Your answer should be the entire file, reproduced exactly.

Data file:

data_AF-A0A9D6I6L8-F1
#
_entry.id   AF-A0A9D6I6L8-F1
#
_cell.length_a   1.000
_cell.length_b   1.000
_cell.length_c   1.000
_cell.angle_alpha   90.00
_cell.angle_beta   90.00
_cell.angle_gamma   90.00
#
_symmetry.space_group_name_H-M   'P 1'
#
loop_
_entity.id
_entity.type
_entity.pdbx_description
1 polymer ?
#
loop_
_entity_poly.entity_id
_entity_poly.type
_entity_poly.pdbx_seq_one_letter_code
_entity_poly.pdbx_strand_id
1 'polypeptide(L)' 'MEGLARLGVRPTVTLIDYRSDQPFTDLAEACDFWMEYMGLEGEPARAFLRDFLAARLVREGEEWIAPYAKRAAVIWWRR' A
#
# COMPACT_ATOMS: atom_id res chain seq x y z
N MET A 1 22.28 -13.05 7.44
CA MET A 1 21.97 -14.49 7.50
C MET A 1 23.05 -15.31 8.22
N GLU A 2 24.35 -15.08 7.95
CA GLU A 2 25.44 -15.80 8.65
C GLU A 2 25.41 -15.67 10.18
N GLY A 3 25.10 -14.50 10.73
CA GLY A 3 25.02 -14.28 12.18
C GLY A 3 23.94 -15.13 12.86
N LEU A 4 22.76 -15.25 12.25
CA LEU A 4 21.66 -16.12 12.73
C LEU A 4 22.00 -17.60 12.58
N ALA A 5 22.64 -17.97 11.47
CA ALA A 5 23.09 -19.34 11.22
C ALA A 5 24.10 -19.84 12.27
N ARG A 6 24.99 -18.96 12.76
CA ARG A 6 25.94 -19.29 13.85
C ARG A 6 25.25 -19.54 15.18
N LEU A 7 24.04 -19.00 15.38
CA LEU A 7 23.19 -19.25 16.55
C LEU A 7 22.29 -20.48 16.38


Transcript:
data_AF-A0A9D6I6L8-F1
#
_entry.id   AF-A0A9D6I6L8-F1
#
_cell.length_a   1.000
_cell.length_b   1.000
_cell.length_c   1.000
_cell.angle_alpha   90.00
_cell.angle_beta   90.00
_cell.angle_gamma   90.00
#
_symmetry.space_group_name_H-M   'P 1'
#
loop_
_entity.id
_entity.type
_entity.pdbx_description
1 polymer ?
#
loop_
_entity_poly.entity_id
_entity_poly.type
_entity_poly.pdbx_seq_one_letter_code
_entity_poly.pdbx_strand_id
1 'polypeptide(L)' 'MEGLARLGVRPTVTLIDYRSDQPFTDLAEACDFWMEYMGLEGEPARAFLRDFLAARLVREGEEWIAPYAKRAAVIWWRR' A
#
# COMPACT_ATOMS: atom_id res chain seq x y z
N MET A 1 22.28 -13.05 7.44
CA MET A 1 21.97 -14.49 7.50
C MET A 1 23.05 -15.31 8.22
N GLU A 2 24.35 -15.08 7.95
CA GLU A 2 25.44 -15.80 8.65
C GLU A 2 25.41 -15.67 10.18
N GLY A 3 25.10 -14.50 10.73
CA GLY A 3 25.02 -14.28 12.18
C GLY A 3 23.94 -15.13 12.86
N LEU A 4 22.76 -15.25 12.25
CA LEU A 4 21.66 -16.12 12.73
C LEU A 4 22.00 -17.60 12.58
N ALA A 5 22.64 -17.97 11.47
CA ALA A 5 23.09 -19.34 11.22
C ALA A 5 24.10 -19.84 12.27
N ARG A 6 24.99 -18.96 12.76
CA ARG A 6 25.94 -19.29 13.85
C ARG A 6 25.25 -19.54 15.18
N LEU A 7 24.04 -19.00 15.38
CA LEU A 7 23.19 -19.25 16.55
C LEU A 7 22.29 -20.48 16.38